Serrano, McCarthy say no to Gillibrand challenge

Following Friday’s announcement that Rep. Carolyn Maloney (D-N.Y.) isn’t running for Senate, Reps. Jose Serrano (D-N.Y.) and Carolyn McCarthyCarolyn McCarthyLobbying World Lobbying world House Dem says leaders must know when to move on MORE (D-N.Y.) both have signaled they won’t run, either.

Serrano told the New York Daily News on Sunday that he will not pick up where Maloney left off and wage a primary campaign against Sen. Kirsten GillibrandKirsten GillibrandOvernight Tech: TV box plan faces crucial vote | Trump transition team to meet tech groups | Growing scrutiny of Yahoo security Overnight Finance: McConnell offers 'clean' funding bill | Dems pan proposal | Flint aid, internet measure not included | More heat for Wells Fargo | New concerns on investor visas Senate Dems call for investigation into Wells Fargo's wage practices MORE (D-N.Y.).

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Serrano emphasized that he’s still not happy with Gillibrand’s appointment or the Democratic leadership’s efforts to give her a clear primary field. He said it looks now like she will have just that.

"No, I'm not running," Serrano told the Daily News. "But I was not pleased with the selection, and I'm not pleased with the style and the pressure on Maloney and everyone else to get them out.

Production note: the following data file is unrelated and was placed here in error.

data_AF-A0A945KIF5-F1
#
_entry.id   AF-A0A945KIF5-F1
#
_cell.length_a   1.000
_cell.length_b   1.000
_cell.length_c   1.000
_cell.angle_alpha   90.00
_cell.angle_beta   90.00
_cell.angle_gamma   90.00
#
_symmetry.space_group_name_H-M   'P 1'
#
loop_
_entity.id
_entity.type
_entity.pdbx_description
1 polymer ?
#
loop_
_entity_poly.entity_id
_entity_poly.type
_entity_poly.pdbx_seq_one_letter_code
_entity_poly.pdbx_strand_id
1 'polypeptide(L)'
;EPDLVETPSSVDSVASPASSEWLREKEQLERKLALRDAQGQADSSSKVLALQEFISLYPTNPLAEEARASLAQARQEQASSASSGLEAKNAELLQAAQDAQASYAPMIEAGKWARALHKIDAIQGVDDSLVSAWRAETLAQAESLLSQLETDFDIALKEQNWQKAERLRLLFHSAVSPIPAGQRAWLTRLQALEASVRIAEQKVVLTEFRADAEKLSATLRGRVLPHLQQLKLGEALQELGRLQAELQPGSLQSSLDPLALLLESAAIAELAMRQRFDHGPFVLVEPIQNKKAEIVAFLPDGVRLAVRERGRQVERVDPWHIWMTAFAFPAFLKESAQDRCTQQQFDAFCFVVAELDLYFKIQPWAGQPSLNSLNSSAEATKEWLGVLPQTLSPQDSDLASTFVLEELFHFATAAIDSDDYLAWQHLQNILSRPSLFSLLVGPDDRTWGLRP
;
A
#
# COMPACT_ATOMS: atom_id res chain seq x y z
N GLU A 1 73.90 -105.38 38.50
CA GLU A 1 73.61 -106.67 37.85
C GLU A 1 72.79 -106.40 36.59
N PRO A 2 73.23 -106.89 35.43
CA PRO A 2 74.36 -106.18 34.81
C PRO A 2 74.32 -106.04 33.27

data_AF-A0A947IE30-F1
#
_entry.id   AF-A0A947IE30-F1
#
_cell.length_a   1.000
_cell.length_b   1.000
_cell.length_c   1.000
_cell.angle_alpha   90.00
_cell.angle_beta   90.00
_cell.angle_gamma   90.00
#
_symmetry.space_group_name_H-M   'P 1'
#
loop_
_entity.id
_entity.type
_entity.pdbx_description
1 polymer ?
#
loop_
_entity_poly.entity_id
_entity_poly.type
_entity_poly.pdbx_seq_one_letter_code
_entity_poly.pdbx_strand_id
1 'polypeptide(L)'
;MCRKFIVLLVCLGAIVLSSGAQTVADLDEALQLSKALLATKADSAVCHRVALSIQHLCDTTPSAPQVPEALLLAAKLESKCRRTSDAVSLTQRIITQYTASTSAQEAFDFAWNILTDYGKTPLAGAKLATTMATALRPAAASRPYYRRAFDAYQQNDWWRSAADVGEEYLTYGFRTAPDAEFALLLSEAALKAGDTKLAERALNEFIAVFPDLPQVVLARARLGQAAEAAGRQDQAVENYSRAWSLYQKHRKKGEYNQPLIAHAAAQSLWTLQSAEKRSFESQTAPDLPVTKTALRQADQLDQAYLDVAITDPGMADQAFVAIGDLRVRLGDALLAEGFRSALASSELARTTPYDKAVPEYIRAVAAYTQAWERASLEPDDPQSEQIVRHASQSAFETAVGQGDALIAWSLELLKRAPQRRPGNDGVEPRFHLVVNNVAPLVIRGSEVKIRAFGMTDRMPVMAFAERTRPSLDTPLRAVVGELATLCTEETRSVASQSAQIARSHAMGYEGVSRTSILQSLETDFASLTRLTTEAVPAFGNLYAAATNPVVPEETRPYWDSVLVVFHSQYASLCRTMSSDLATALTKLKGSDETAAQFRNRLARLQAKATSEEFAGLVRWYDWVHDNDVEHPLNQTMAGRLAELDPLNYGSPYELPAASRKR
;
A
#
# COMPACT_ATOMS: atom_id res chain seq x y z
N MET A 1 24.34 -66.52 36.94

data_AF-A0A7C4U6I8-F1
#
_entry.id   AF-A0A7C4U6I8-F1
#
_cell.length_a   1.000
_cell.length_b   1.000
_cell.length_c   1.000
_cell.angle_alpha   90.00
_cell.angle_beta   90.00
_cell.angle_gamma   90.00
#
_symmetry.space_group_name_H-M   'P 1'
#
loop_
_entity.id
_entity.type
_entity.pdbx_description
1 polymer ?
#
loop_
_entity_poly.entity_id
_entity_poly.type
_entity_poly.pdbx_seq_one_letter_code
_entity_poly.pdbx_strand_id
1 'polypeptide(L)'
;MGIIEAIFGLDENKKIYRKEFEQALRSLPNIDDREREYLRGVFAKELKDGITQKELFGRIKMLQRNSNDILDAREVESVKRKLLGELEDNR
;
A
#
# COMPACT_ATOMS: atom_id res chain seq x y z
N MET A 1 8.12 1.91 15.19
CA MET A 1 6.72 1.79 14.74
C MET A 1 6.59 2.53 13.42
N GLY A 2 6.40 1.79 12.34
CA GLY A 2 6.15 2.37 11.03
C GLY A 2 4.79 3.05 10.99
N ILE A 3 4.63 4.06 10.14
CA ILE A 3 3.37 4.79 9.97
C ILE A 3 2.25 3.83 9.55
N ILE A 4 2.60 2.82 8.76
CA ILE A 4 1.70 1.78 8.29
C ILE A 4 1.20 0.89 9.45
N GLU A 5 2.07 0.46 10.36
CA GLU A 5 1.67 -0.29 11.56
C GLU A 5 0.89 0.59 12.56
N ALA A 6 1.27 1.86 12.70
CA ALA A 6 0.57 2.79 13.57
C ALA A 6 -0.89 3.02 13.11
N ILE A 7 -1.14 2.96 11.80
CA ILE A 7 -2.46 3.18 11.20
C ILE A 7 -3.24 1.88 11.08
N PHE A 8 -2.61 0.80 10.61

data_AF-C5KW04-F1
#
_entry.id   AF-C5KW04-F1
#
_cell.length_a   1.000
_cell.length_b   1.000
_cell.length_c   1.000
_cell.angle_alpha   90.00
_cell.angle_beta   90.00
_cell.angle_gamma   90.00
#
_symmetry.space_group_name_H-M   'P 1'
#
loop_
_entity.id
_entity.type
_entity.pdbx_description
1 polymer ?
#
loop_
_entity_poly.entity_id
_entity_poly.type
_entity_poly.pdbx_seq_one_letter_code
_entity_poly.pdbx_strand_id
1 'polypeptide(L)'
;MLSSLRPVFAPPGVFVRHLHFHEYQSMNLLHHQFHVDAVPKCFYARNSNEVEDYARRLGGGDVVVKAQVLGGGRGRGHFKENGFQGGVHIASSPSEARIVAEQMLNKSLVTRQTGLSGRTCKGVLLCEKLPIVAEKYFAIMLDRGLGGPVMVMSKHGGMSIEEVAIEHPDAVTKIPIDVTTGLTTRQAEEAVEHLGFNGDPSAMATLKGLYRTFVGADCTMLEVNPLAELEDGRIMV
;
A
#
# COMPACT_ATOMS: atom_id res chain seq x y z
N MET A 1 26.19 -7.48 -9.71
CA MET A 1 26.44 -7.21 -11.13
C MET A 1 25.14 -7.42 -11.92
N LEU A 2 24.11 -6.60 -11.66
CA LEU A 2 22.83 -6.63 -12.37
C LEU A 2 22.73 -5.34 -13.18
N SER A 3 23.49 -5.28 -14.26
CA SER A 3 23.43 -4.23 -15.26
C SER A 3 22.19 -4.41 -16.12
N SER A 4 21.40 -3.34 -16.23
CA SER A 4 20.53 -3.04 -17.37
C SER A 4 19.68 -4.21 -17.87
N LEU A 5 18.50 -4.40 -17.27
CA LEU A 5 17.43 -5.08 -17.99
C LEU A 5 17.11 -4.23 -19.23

"I've been in office 35 years. … I've never seen this type of pressure to get candidates out of the way. The White House, the vice president, the senator (Charles SchumerCharles SchumerElection-year politics: Senate Dems shun GOP vulnerables Democrats press Wells Fargo CEO for more answers on scandal 78 lawmakers vote to sustain Obama veto MORE, D-N.Y.). This was incredible."

Rep. Steve Israel (D-N.Y.) was also prepared to run against Gillibrand, but he bowed out reluctantly after pressure from the White House.

It doesn’t look like Maloney’s decision will cause McCarthy to reconsider, either.

McCarthy had said shortly after Gillibrand was appointed that she would run against the senator if nobody else did. When it looked like Maloney was set to run, McCarthy said she would not run.

But even though Maloney’s situation has changed, McCarthy’s spokesman noted Monday that other, lesser-known lawmakers, like Suffolk County legislator Jon Cooper, are weighing primary runs against Gillibrand. In addition, activist Jonathan Tasini is already in the race.

As long as someone else runs, it appears, McCarthy is absolved from needing to make good on her promise.

McCarthy spokesman Ray Zaccaro said the congresswoman “reserves judgment,” but that “she is not running for Senate” and that nothing has changed from her perspective.